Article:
Whether it’s crashing ocean surf or gently lapping baywater, nothing clears the head like waking to the sounds of the coast. And right now, nothing eases the mind like a getaway that doesn’t involve sharing air with anyone else: no hallways, lobbies, elevators, or connected HVAC systems that might bring you too close to your neighbors and their droplets. Here are some detached ways to stay by the Pacific in this pandemic season.
While inland yurts and cabins have been open for months, the Oregon Parks and Recreation Department has reopened most of its roofed lodging on the coast, from Fort Stevens in Warrenton all the way south to Harris Beach in Brookings. Tillamook County’s Cape Lookout yurts are slated to open January 15, while Nehalem Bay's yurts are closed through January for renovation. As of January 14, reservations can be made six months ahead, a big change from the 30-day reservation window that had been in effect since state parks began reopening last June. The department has instituted a “resting day” after each booking, keeping the cabin or yurt empty to allow more time for cleaning in between groups, and for now coastal lodgings have a two-night minimum stay. (Meanwhile, the state is accepting public comment on a revenue-generating plan to increase its reservation window to 18 months and its $8 reservation transaction fees to as much as $15.) —Margaret Seiler
An adorably cobbled-together resort centered around a 19th-century grand lodge with a communal living room stocked with records you can use during your stay. (In non-COVID times, the space also hosts art workshops and musicians for intimate shows.) But the stars of the Sou’wester, in Seaview on Washington’s Long Beach Peninsula, are its vintage trailers, which run from a little 1960s nugget that can squish in a couple to a roomy 1950s trailer with pretty birch paneling. Each one offers a little time capsule of its era, be it the fading flamingo wallpaper in a teeny, tiny bathroom or the killer knobs on the midcentury cabinets. Check the website carefully for the amenities you require (not all the trailers have showers in them), and when you get there, roam the grounds to ogle the sauna (open by appointment only, one household at a time), the pavilion for dance nights (on hiatus), and honor-system thrift store trailer. It’s all just a block from the beach, so you make your morning coffee and then go for a long walk through the grassy dunes of the Discovery Trail with breaking waves as your soundtrack. —Eden Dawn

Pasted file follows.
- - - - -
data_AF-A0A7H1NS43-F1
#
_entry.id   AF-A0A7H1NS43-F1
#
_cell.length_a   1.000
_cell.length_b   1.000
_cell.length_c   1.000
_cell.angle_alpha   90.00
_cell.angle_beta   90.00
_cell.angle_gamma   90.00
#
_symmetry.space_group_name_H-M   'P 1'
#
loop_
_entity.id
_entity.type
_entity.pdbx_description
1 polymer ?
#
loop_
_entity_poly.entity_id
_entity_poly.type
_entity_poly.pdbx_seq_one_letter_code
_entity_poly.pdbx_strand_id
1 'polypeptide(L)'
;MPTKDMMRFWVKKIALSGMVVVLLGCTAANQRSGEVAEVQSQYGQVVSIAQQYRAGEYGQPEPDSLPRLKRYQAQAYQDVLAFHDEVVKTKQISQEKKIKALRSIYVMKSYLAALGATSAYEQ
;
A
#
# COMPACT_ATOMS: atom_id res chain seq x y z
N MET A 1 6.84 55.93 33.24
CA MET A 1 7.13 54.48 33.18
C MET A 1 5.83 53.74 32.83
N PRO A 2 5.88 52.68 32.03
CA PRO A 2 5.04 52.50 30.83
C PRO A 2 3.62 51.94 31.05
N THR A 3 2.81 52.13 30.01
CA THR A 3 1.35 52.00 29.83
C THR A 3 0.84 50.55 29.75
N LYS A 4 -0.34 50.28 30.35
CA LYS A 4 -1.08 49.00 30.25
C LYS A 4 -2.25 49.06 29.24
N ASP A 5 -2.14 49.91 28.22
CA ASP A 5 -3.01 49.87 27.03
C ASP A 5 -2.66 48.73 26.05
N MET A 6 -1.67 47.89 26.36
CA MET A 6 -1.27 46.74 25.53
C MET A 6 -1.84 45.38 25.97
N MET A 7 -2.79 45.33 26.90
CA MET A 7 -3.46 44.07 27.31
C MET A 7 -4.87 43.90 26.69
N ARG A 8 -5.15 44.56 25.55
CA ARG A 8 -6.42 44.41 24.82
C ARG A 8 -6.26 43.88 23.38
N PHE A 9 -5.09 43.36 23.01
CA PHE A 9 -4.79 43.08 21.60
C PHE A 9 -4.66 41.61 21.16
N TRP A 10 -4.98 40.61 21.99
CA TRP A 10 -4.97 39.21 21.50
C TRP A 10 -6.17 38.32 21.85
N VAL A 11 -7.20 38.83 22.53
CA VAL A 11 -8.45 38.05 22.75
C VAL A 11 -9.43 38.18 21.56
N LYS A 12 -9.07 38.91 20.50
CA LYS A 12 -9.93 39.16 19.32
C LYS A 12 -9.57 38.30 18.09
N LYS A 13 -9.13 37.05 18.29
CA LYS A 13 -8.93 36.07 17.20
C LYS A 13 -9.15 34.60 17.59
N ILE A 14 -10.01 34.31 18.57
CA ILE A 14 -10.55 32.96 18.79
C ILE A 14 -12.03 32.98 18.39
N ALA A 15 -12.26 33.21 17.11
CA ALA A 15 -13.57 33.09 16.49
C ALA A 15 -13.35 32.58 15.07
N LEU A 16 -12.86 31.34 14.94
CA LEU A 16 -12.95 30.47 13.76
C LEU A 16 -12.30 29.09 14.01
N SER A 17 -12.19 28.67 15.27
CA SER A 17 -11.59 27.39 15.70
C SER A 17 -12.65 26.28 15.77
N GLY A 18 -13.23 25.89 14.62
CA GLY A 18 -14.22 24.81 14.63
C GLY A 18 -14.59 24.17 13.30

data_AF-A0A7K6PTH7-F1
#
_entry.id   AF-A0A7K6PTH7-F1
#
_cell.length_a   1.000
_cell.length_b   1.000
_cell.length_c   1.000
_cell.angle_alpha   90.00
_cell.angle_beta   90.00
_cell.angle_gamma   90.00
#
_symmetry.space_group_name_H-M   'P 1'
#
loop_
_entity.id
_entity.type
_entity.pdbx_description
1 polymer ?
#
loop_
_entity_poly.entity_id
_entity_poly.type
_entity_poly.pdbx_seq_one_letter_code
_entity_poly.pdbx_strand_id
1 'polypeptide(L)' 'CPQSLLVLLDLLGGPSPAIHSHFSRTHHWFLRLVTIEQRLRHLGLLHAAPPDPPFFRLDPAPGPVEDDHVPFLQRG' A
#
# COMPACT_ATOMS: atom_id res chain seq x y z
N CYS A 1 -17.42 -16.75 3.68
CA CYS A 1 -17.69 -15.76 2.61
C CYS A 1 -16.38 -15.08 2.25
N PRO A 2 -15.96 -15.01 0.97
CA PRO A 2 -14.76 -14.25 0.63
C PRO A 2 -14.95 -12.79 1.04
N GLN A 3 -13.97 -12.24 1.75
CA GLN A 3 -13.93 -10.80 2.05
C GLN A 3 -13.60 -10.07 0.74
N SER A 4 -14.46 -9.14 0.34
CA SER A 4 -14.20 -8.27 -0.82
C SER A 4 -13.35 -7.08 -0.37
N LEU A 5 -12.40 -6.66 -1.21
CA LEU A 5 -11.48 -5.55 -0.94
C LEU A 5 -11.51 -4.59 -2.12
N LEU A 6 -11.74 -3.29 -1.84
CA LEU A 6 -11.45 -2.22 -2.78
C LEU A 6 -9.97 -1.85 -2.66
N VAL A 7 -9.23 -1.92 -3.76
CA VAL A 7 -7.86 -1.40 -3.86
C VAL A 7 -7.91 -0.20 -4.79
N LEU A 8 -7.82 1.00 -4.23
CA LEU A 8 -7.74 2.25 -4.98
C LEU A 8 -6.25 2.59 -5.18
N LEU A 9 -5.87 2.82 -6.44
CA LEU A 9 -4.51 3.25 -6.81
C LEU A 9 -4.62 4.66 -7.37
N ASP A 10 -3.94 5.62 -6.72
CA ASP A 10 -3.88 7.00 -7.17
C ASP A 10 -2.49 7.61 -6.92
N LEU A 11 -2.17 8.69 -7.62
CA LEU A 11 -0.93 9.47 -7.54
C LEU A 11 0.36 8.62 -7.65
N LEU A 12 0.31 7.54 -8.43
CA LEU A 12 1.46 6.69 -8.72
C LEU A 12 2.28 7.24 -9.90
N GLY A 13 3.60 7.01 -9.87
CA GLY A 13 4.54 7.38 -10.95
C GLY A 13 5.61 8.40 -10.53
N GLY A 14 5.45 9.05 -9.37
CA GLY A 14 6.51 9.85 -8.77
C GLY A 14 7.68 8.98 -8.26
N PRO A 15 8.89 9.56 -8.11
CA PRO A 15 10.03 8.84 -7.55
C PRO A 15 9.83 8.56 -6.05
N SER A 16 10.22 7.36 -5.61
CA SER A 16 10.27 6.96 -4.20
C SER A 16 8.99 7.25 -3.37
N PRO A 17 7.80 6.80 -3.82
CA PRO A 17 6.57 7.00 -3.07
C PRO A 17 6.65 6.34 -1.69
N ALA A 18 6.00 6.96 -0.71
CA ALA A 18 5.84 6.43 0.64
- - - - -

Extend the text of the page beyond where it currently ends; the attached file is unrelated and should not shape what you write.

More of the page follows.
Branding itself as “offbeat luxury” just behind Cape Kiwanda, Hart’s Camp rents Airstreams with an enclosed outdoor shower, fire pit, and barbecue. Inside, the “luxe” trailers boast working propane stoves (and microwaves) and more cubby holes for storage than you’ll need. If you don’t feel like cooking, the Pelican Brewpub is a couple minutes’ walk away. In these COVID days you can also get pub food, beer, and wine delivered directly to the trailer. A bonus for tourists, if not necessarily local gardeners and animal control workers? Pacific City’s famous wild bunny population is everywhere. Bunnies! —Marty Patail
While it also has Airstreams for rent, the real find at this strangely luxe Coos Bay RV park are the sleek cabins, from the cozy Kamp Haus for two to the wedge-shaped Drift cabin with a queen bed and a pullout couch to the new Dune option, sleeping six with a bedroom, a loft, and a kitchen seating area that folds down to a bed. Sitting on the quiet western section of the Coos Bay inlet, they’re a good base camp for days at nearby Bastendorf Beach or park hopping and oceanview hiking on the way to Cape Arago. Don’t miss the stunning formal gardens at Shore Acres, open again but at reduced capacity. —MS